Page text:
Tarantino snaps at reporter over Margot Robbie's limited role, dialogues in 'Once Upon a Time in Hollywood'
At a press conference on Wednesday following the premiere of 'Once Upon a Time in Hollywood', Tarantino was asked about Margot Robbie's part in the movie and why she wasn't assigned more screentime and more dialogue
Quentin Tarantino's highly anticipated film 'Once Upon a Time in Hollywood' had its Cannes Film Festival 2019 premiere on Tuesday, May 21.
The film is set in the 1960s Hollywood and focuses on a struggling TV actor named Rick Dalton (Leonardo DiCaprio) and his stunt double Cliff Booth (Brad Pitt) as they find their way through a rapidly changing movie industry. The two live next door to Sharon Tate (Margot Robbie).
The film received quite the reception from the Cannes Film Festival audience and reportedly got a six-minute standing ovation.
At a press conference on Wednesday morning, Tarantino allegedly snapped at a female reporter from The New York Times when she asked him about Margot Robbie's part in the movie and why she wasn't assigned more screentime and more dialogue.
“I reject your hypothesis!” he said in response, looking visibly upset.
Robbie tried to answer the question tactfully saying, "I think the moments I was on screen gave a moment to honor Sharon. I think the tragedy was the loss of innocence. To show the wonderful sides of her could be done without speaking. I did feel like I got a lot of time to explore the character without dialogue, which is an interesting thing. Rarely do I get an opportunity to spend so much time on my own as a character.”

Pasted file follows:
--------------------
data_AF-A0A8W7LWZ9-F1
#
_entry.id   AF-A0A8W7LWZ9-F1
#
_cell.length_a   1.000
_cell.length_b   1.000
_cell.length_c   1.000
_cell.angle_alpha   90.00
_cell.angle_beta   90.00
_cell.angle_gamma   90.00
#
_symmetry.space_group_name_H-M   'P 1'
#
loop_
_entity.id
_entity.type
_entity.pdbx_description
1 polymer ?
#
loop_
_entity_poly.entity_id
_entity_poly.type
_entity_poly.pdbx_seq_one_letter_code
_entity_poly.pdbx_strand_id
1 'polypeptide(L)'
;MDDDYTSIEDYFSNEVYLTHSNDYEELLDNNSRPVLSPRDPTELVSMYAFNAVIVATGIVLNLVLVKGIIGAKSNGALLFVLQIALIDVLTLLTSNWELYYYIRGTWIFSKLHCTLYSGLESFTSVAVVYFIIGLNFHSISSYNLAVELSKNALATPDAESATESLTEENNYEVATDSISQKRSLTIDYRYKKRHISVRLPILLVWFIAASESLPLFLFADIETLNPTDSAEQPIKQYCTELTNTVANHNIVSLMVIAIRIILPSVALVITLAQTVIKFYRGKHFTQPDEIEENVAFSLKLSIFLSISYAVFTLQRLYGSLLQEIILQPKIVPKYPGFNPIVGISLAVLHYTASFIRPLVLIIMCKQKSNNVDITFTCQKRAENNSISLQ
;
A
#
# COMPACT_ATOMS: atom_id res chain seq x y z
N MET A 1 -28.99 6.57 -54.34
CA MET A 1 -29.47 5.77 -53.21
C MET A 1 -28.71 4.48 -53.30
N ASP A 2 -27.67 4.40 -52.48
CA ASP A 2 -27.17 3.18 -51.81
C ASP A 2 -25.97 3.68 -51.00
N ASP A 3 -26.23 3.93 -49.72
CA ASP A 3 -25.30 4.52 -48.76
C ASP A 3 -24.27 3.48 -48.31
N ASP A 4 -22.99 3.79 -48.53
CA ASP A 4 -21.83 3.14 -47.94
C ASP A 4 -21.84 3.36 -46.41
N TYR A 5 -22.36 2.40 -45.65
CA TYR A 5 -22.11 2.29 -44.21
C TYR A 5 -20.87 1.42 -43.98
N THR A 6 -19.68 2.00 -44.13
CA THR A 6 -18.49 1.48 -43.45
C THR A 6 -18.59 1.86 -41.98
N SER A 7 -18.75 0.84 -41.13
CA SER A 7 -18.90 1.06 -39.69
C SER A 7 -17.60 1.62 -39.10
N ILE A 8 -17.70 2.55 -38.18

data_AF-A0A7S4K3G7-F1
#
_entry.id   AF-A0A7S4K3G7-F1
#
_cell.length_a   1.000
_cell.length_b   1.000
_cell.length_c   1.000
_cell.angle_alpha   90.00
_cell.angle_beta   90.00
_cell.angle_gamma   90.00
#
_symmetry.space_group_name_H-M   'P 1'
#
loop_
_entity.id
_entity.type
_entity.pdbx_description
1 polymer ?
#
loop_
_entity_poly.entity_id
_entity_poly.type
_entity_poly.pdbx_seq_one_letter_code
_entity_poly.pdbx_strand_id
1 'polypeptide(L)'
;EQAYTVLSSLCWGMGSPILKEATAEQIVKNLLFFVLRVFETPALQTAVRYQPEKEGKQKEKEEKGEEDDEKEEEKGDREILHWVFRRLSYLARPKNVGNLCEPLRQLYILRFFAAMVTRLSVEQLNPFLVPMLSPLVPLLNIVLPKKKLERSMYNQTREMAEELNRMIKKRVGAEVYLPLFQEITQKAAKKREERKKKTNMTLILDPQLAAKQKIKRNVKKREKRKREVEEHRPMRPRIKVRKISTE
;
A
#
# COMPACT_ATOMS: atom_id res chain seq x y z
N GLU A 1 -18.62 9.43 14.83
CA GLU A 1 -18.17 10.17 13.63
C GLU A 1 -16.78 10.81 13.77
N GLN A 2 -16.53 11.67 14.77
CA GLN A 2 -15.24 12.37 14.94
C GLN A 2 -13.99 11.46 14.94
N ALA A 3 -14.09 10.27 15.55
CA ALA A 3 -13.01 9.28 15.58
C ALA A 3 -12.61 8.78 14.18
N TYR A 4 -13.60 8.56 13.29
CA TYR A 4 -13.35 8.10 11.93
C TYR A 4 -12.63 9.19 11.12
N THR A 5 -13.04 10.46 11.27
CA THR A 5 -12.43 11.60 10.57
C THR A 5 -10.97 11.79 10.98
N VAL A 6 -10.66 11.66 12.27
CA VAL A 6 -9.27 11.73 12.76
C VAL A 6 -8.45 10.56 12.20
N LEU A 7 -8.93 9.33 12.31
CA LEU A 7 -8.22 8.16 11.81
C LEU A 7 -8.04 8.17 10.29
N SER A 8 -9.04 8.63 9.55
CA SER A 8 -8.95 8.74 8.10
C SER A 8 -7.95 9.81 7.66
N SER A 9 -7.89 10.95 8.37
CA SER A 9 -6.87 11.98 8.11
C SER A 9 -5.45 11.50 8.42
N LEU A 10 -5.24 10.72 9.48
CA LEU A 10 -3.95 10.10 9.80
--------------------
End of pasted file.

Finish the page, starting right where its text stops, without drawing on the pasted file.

The exchange came at the end of 30-minute press conference where Tarantino and his cast fielded mostly congratulatory questions, which didn’t address Harvey Weinstein (who was set to originally distribute the Sony Pictures release) or Uma Thurman (who gave an interview last year to the New York Times detailing the alleged abusive behavior she had to endure at the hands of Tarantino on the set of “Kill Bill”).
Tarantino opened the press conference by addressing the public’s continued interest in Charles Manson and his cult. “I think we’re fascinated by it because, at the end of the day, it seems unfathomable,” Tarantino said.
This is the first collaboration between Brad Pitt and Leonardo DiCaprio. DiCaprio said that by elevating two underdog characters in Hollywood, Tarantino wanted to celebrate the business that he grew up in. “I think this movie is a love story to this industry,” DiCaprio said. “We studied people from Ralph Meeker to Eddie Byrne, all these actors whose work [Tarantino] really appreciates from an artistic perspective, who contributed in his mind to cinematic and television achievements. That was most touching about the story. It’s a love letter to this industry we’re so fortunate to work in.” Speaking of the work and collaborating," It was great ease, great fun,” Pitt said. “It’s that thing of knowing you got the best of the best on the opposite side of the table holding up the scene with you. We had similar experiences to laugh about. I hope we do it again.”
When asked how his life has changed since 'Pulp Fiction', Tarantino quipped saying, "I just got married six months ago. I’ve never done that before. Now I know why. I was waiting for the perfect girl" as he nodded at his wife Daniella Pick who was in the audience.
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